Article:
But he also played with Zone defense. The Mavs largely negated Lebron in the finals last year by playing zone, clogging up the lane and stopping him from driving. Teams would have tried doing the same to MJ.

            All in all, defenses were much less efficient in the 80′s than they are today.

            Posted by Jevan Pradas | March 8, 2012, 3:53 pm
          • Well, I don’t think you can make definitive conclusions based off of any one stat, especially when that stat hasn’t been around until just recently and is far from being a fact that is reproducible every time. I’ll give you that Nash has certainly been a good offensive player during his career, but that’s as far as I’ll go.

            But, you’re right about handchecking. Jordan backers often say this about him, but forget other changes in the nba. Such as bigger, more athletic wing players on average nowadays, plus much more sophisticated defenses today. The Larry Brown pistons defense would suffocate anyone, regardless of handchecking or not. And shooting pct. have gone down across the board since jordan’s days, so one would could easily predict that it’s tougher to score today. So, I don’t think you can make any definitive conclusions when debating this. There’s advantages and disadvantages to playing in any era. Also, if handchecking hurt offenses, then it helped defenses, so by trying to say this to enhance jordan’s legend, it’s the reverse regarding his defense, and limiting handchecking would’ve limited his defensive abilities. In essence, it’s a push.

            Posted by boyer | March 8, 2012, 4:19 pm
  10. I meant MJ played W/O zone defense.

    Posted by Jevan Pradas | March 8, 2012, 3:54 pm
  11. Eh, I dunno know about this premise. It seems to be a play on words looking for support. “Greatest Offensive Player Ever” because he was the point guard, admittedly a great one, on a lot of great offensive teams? Nothing against Nash at all, but I’m going to need to see a lot more than what’s here to buy this push on the correlation vs causation boundry.

    Also, let’s kill this “Jordan vs the zone and “bigger, stronger, whatever” stuff. Jordan’s last season was in 2003 not 1953. He turned 40 and averaged 20 points, 6 rebounds, 4 assists, 1 steal shot 45% from the field and 82% from the free throw line. The idea that a prime Jordan would’ve been flummoxed by a zone defense (btw, man-to-man is still the base set) is pretty dubious.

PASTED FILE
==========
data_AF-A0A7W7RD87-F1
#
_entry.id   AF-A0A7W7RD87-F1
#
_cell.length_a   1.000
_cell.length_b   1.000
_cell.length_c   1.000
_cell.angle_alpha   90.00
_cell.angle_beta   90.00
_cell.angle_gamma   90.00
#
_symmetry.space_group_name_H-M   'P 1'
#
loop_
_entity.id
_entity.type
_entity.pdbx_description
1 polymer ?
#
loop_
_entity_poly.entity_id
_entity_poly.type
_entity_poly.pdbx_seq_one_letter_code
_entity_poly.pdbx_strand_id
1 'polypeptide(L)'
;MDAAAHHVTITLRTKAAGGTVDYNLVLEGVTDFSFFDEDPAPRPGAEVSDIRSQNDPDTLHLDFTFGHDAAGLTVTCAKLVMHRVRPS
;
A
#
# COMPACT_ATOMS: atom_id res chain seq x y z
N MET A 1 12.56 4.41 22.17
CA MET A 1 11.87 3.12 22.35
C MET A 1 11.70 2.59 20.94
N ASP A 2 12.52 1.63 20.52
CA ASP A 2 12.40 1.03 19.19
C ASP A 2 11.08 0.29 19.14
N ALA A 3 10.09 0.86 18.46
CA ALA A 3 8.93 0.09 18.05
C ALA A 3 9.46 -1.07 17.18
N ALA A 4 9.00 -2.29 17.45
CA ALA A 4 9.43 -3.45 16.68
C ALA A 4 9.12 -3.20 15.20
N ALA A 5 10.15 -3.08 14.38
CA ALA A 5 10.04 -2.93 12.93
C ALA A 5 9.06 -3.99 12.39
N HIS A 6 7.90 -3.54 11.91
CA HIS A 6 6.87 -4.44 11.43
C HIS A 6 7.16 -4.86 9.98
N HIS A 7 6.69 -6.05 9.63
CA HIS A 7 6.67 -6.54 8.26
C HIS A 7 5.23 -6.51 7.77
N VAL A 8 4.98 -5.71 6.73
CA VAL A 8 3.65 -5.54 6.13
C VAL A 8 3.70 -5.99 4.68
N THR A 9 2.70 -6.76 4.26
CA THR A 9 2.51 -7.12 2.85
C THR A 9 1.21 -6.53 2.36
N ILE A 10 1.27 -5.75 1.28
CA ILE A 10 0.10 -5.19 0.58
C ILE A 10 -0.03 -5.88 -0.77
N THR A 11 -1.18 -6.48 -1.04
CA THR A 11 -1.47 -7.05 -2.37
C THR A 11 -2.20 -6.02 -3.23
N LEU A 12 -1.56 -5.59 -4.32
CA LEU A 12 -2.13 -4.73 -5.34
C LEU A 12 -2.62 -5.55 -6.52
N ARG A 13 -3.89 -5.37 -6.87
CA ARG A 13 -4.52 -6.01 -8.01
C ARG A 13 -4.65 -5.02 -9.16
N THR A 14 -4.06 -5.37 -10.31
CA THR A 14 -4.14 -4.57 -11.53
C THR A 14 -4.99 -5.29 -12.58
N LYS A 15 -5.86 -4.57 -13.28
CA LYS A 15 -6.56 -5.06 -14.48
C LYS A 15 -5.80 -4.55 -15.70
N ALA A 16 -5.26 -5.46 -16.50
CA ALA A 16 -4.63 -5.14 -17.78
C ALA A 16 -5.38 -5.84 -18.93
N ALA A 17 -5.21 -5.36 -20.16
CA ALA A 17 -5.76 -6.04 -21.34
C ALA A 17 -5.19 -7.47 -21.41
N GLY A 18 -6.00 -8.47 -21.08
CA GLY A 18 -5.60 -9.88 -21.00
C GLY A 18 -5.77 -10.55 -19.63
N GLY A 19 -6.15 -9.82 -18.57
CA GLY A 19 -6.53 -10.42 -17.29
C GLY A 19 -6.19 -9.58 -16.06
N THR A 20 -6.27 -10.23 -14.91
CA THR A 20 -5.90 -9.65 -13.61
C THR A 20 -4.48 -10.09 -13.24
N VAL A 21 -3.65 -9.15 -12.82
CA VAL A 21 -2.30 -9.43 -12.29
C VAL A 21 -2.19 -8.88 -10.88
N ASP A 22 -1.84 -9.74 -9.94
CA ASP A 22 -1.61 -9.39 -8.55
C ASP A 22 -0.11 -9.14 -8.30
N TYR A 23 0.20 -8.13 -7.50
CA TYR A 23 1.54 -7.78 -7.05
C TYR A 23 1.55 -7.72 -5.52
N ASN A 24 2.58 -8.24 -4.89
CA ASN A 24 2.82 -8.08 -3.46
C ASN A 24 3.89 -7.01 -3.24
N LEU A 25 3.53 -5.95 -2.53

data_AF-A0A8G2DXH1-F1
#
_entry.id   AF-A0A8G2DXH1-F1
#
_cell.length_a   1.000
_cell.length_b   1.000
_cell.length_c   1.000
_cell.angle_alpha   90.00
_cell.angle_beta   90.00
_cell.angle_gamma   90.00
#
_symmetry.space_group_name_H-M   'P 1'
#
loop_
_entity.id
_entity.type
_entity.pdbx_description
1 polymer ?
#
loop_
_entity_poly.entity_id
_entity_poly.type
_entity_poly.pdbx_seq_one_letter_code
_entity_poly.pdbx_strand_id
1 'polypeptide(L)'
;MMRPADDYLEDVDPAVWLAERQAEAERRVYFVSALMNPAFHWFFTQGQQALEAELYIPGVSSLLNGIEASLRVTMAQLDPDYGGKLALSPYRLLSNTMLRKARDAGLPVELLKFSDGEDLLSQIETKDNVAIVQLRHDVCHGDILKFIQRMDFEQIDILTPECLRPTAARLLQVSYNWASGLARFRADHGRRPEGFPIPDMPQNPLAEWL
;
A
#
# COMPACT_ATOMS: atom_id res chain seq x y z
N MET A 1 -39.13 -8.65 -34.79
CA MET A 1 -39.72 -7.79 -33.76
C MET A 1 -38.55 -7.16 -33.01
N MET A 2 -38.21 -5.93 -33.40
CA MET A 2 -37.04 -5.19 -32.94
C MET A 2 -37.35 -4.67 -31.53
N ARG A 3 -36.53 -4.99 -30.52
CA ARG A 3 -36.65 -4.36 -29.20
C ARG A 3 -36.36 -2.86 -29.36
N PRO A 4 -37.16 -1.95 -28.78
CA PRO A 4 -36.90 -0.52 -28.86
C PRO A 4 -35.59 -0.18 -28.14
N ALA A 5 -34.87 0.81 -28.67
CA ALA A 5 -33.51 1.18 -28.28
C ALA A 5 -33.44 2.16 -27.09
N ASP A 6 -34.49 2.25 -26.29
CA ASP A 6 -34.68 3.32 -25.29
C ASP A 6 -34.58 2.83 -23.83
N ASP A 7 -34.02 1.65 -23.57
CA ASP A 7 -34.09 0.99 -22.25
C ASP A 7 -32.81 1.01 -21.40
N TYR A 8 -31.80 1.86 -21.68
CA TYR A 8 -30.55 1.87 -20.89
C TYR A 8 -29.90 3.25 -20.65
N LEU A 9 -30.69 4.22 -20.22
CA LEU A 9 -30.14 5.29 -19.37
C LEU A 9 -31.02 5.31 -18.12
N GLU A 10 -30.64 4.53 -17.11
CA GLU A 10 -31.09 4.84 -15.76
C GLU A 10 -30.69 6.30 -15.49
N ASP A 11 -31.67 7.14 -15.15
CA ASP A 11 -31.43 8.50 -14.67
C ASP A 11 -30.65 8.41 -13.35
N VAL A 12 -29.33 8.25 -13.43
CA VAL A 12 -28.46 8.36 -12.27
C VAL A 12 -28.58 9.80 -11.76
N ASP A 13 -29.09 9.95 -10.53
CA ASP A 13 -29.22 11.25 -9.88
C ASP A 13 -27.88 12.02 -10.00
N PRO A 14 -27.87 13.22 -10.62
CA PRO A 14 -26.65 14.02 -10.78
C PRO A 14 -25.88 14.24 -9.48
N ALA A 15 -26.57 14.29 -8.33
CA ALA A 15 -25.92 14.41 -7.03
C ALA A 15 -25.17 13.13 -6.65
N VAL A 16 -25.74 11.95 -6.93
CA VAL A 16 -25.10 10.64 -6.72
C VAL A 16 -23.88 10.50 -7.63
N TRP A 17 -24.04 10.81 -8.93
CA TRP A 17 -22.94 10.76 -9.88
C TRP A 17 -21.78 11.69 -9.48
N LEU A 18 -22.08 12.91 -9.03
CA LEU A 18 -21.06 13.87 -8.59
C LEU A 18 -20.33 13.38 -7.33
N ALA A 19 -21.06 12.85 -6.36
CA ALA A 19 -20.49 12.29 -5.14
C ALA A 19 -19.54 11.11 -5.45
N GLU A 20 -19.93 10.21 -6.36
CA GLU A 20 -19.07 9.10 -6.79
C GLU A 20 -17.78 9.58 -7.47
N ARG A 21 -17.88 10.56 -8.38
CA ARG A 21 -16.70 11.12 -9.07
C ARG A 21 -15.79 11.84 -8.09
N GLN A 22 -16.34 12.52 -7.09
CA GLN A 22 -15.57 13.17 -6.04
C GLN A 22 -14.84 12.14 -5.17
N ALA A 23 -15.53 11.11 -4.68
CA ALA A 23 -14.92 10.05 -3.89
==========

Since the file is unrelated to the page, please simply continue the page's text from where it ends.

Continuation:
Posted by ks | March 8, 2012, 6:31 pm
    • Well, let’s flummox the handchecking thing as well then. If you actually looks #’s during most of jordan’s career, not including his wizard days, scoring team wise and individual have gone down over time in the nba, as well as FG pct. There are some ups and downs. But, especially since jordan’s highest scoring days in the 80s and through 92, his scoring totals went down overall and his FG pct. went down, too, and he was still in his prime at least through 93. And you’d think his FG pct. would increase around then since pippen was starting to become an elite player and big time playmaker as well for the bulls, making it easier for jordan to score.

      Jordan didn’t have that much mileage on him with the wizards. He was still effective, but still couldn’t lead his teams to even one playoff appearance. Take someone like Karl Malone with much more mileage at age 38 and 39. He was much more effective than Jordan was at the same ages. The pt. being, one person can make a claim about having an easier time scoring during this era, but then another person can say the same about another era. In the end, it’s all speculation, but jordan and malone would do great in any era.

      But, jordan would do better against zone defenses, because his outside shot was better than james, though james has improved his outside some. At the beginning of james career, he had no answer if his opps clogged the lane. He still doesn’t have a great answer to this, but he’s more equipped now to deal with zones that clog the paint.

      The problem with Nash as I mentioned before is that if he’s so awesome offensively, then where’s the finals appearances? He’s played with multiple AS for most of his career. If he’s the greatest offensive player ever according to jevan, then he’d have to have broken through at some pt., and that hasn’t happened. So, then when your stats say one thing but the real world says something else, it’s time to rethink your stats or at least not use it as real definitive evidence. Also, most of these AS that played with Nash were AS without Nash as well, so they were great in their own rights. Johnson, Marion, Dirk, and Amare were AS while not having Nash as a teammate. And some of his Marion’s best years were without Nash, as well as Dirk and Johnson, but Johnson was still entering his prime when with the suns.

      Posted by boyer | March 8, 2012, 7:04 pm
      • “The problem with Nash as I mentioned before is that if he’s so awesome offensively, then where’s the finals appearances?”

        Yes, because just having one great player = Finals/titles in a team sport. This has zero to do with Jevan’s post.

        Nash didn’t play much defense, and alot of the guys around him didn’t either. They played some great Spurs and Mavs teams (and some might even add bad officiating) that got in their way to the Finals. Steve however has been an offensive force even while playing against some of the better teams in the playoffs.